April 12, 2011: Rays 3, Red Sox 2

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April 12, 2011: Rays 3, Red Sox 2

By SeanMcAdam
CSNNE.com

BOSTON -- Jon Lester has found a cure for his early-season struggles. Now if he could just get some run support.

Lester limited the Tampa Bay Rays to three runs over seven innings, but the Sox managed just two runs off David Price in a battle of ace lefties and dropped their ninth game in 11 tries, 3-2 to the Rays.

Lester has allowed three earned runs in his last 14 innings, but is 0-1 in those starts. The Red Sox lost both games, scoring just three runs in the two contests.

The Sox closed to within a run in the sixth when Dustin Pedroia doubled to center, took third on a groundout and scored on a double to right by Jed Lowrie.

But Lowrie was stranded and the Sox squandered another chance in the eighth when they couldn't cash in with runners on first and second and two out. For the game, the Sox were 1-for-7 with runners in scoring position; since Saturday, they are 7-for-52 in those situations.

Tampa Bay collected all three of its runs in the fifth when it loaded the bases against Lester. The first run crossed the plate when Adrian Gonzalez fielded a squibber by Sam Fuld, but couldn't grip the ball to make a timely throw to the plate as a run scored.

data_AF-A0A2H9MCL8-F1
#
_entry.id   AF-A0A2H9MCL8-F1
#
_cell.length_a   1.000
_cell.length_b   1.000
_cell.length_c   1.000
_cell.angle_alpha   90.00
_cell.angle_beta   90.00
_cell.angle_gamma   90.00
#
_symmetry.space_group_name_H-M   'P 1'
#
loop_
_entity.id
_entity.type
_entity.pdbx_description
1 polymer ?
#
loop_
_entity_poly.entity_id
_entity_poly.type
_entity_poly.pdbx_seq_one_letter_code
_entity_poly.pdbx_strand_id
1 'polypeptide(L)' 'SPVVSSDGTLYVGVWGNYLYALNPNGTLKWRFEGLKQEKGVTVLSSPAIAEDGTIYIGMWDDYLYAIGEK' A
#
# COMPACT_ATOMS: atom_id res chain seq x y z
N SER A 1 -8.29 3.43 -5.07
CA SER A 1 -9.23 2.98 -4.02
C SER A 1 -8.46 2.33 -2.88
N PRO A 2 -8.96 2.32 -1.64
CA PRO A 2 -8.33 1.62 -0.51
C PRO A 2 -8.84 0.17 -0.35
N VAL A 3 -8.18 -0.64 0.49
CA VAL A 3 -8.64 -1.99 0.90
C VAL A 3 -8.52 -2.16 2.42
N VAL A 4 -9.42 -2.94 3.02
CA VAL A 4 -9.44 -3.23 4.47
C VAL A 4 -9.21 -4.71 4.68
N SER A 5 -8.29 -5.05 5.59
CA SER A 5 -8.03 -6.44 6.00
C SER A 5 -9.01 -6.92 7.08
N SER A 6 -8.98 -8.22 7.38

Johnny Damon, who knocked in two runs in Monday's rout, continued to haunt his old team with a two-run single to center.

The Red Sox scored first on a long solo homer to left by Darnell McDonald leading off the third.

Player of the Game: David Price

Price came into the game with an 0-2 mark and a 4.98 ERA, but Tuesday night he looked like the Cy Young Award contender that he was in 2010.

The lefty limited the Red Sox to just two runs on five hits in 7 23 innings. With his pitch count spiraling, Price was still able to throw his fastball in the mid-90s in his last few innings.